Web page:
Shan Masood simply raised his bat to the Yorkshire dressing room and to a crowd of several hundred spectators, who applauded warmly in the sunlit evening, before shaking hands with his partner George Hill.
It had been 16 months since Masood’s last hundred, for Derbyshire against Worcestershire in the Championship at Derby, and deep down the feeling must have been sweet.
This was his 26th innings for Yorkshire in all cricket, the wait for that hundred elusive and frustrating; every captain likes to lead from the front, of course, and Masood is no different.
His unbeaten 113, from 158 balls with 12 fours, helped Yorkshire to 330-3 from 78 overs on a fine first day for the visiting side at Sophia Gardens.
Granted, the innings was not without blemish; there were times when Masood rode his luck with a couple of close shaves and aerial shots that landed safely; indeed, he got off the mark with an inside edge that flashed narrowly past the stumps.
But the off-drives were regal, the pulls crisp and sweet, the tucks neat and tidy and the defence mostly sound.
This was the Masood that Yorkshire signed, or thought they had signed, on a two-year contract last August, the one with the facility for making big scores and, they will hope here, of match-winning ilk.
He came to the crease in the third over after lunch when Adam Lyth chopped a ball from the left-arm seamer Jamie McIlroy into his stumps, ending an opening stand of 98 with Fin Bean.
Play had begun an hour and 40 minutes late due to rain (heatwave, what heatwave?), stealing 18 overs from the day’s allocation, although that time can be made up later in the game.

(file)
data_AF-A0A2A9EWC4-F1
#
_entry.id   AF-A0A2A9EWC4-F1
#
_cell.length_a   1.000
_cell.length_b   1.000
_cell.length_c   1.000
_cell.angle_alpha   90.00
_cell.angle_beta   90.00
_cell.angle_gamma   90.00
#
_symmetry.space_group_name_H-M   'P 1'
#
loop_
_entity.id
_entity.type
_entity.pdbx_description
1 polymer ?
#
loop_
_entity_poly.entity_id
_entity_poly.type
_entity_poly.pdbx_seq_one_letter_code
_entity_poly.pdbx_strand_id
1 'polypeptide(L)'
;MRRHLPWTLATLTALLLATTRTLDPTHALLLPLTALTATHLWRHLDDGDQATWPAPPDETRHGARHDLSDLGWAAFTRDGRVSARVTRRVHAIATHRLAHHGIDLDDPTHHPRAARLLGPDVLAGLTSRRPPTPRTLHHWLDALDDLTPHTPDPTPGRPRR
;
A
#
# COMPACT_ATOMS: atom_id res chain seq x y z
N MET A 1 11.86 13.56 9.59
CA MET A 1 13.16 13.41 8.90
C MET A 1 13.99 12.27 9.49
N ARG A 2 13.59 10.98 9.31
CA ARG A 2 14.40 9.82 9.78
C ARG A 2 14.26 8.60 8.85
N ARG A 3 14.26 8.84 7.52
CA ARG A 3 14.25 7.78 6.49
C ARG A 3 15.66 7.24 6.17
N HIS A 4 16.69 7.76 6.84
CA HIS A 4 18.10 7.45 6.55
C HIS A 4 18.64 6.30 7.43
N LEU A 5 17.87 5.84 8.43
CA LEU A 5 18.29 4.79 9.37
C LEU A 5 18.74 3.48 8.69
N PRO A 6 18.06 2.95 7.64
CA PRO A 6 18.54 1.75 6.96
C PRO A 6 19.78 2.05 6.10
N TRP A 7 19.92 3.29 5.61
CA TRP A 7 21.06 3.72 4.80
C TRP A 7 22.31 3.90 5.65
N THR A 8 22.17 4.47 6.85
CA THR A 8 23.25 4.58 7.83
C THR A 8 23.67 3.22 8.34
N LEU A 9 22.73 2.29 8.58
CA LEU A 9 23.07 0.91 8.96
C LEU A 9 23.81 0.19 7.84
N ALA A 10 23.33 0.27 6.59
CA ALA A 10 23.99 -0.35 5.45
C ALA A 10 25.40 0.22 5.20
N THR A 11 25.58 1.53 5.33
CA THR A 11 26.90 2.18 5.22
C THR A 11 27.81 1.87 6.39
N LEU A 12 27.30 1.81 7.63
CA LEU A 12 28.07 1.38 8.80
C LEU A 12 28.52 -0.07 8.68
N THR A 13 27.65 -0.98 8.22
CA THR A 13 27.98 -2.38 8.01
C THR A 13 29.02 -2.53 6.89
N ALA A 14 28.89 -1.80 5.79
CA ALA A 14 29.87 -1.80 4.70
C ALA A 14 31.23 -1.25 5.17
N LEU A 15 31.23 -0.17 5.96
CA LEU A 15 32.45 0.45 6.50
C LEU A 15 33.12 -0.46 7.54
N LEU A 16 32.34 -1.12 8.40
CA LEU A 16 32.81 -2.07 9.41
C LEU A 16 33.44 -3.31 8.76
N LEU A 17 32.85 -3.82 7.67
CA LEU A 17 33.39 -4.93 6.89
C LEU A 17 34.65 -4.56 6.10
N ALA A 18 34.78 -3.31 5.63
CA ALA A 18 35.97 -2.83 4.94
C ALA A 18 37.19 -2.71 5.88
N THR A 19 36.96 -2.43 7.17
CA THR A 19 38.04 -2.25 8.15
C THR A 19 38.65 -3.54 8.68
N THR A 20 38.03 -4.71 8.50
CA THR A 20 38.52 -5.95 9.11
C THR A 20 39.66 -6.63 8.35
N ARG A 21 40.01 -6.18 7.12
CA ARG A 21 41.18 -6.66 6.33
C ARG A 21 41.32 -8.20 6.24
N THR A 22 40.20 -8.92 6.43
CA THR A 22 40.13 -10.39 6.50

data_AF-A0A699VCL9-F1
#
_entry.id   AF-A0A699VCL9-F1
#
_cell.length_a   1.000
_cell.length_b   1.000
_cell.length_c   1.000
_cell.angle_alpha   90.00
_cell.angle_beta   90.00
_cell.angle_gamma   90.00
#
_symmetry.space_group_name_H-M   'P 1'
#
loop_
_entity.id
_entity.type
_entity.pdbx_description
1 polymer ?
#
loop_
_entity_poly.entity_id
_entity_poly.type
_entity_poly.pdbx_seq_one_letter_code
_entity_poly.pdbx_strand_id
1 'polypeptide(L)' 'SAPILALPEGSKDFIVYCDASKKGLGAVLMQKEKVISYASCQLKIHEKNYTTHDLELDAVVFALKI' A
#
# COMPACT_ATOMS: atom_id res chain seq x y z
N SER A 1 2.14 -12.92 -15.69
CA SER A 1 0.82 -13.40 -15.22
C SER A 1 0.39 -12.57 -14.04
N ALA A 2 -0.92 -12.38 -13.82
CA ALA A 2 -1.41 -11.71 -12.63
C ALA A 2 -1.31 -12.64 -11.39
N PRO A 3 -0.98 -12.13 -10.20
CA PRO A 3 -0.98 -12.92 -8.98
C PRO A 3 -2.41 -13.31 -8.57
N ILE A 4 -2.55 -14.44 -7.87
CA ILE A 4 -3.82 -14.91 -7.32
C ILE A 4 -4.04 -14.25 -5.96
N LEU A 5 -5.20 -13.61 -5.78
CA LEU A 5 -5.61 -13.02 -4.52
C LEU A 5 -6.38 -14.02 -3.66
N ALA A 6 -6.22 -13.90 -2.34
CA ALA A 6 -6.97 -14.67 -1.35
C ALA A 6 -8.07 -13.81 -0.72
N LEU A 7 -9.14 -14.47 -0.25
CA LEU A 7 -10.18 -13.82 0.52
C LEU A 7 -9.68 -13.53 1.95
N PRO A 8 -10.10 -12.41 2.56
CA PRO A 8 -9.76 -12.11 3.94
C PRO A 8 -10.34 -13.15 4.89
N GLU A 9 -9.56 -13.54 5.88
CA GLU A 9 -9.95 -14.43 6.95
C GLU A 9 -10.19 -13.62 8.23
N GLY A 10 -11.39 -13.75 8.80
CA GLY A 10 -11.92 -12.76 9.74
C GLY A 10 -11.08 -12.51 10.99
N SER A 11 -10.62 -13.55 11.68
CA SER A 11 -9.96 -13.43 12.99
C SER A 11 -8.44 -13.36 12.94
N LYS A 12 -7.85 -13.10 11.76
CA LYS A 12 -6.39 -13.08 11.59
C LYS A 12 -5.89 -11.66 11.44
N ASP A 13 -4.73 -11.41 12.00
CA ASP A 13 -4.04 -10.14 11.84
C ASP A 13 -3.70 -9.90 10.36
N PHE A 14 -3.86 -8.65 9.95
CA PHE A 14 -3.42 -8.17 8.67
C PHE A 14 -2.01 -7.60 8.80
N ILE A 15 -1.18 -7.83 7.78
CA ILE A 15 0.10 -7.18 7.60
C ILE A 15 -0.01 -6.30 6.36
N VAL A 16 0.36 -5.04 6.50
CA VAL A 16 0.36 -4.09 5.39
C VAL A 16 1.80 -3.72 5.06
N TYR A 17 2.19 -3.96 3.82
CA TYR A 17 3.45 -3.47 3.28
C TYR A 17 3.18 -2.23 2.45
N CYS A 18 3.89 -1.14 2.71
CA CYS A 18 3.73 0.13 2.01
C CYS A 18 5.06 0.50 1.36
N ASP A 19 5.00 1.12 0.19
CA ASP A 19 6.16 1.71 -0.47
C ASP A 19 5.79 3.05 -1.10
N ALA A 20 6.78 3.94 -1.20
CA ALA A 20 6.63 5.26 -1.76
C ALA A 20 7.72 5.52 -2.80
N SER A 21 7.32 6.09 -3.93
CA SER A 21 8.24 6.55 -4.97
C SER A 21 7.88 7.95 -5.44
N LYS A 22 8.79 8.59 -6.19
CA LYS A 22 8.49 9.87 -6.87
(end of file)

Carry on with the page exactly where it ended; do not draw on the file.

Lyth and Bean had looked in little trouble against what, it has to be said, was hardly the greatest attack that Glamorgan have ever sent into battle, with Timm van der Gugten missing with a hamstring injury and Ben Kellaway, a 19-year-old off-spinner playing only his second first-class game, thrust into the fray after just 11 overs on a slow pitch used for Friday’s one-day international between England and New Zealand.
Kellaway went wicket-less in seven overs and later did himself a mischief on the cover boundary, banging his head on the turf as he tried to make a tumbling stop, forcing him to go off; it was that sort of day for the hosts, for whom perhaps the best that could be said was they got ahead of the over-rate.
Messrs Lyth and Bean, meanwhile, go marching on and on: this was their seventh successive partnership of 50-plus in the Championship, and their 10th in 16 innings together in this year’s competition, three of which have been over 100 and six over 90. Both passed 850 Championship runs for the season in the course of this day.
Had Bean, who advanced to 93 before he was second out at 225 in the 51st over, found another seven runs, he would have become the first uncapped Yorkshire player since Richard Blakey in 1987 to score four hundreds in a Championship season.
That distinction may yet be his; the 21-year-old has had an outstanding campaign.
Whereas Lyth treated the crowd to some trademark cover-drives, Bean punched and pulled and cut with aplomb, reaching his fifty from 79 balls as he continued a purple run of form.
The last six Championship games have brought the left-hander successive scores of 114, 38, 135, 45, 46, 41, 61 and now 93. Someone give that lad a cap.
Bean’s quest for another hundred ended when he edged a drive from off-spinner Kiran Carlson to slip, where Colin Ingram took the catch to break a second-wicket partnership with Masood of 127. Moments later, Masood nearly fell in identical manner on 70 only for the ball to fly just past Ingram and away to the boundary.
James Wharton came and went, lbw pushing forward to McIlroy, the pick of an attack in which new-ball partner James Harris had a difficult day - 0-80 from 15 overs.
Masood forged on, playing with positivity and purpose in a match that could yet be affected by more bad weather, hence a need to ‘get on with it’ – not least to give the likes of debutant Ben Cliff, the 20-year-old pace bowler, time to do their stuff.
Hill certainly adopted a positive approach in his innings, striking eight boundaries in an unbeaten 51 as he shared in a stand with Masood currently worth 90.
When Hill reached his half-century just before the close, the announcer said: “George Hill’s hundred came from …” before correcting his mistake.
Perhaps he will be saying it for real on day two.
This, though, was Masood’s day, one a long time coming, one thoroughly deserved and one celebrated with a quiet dignity.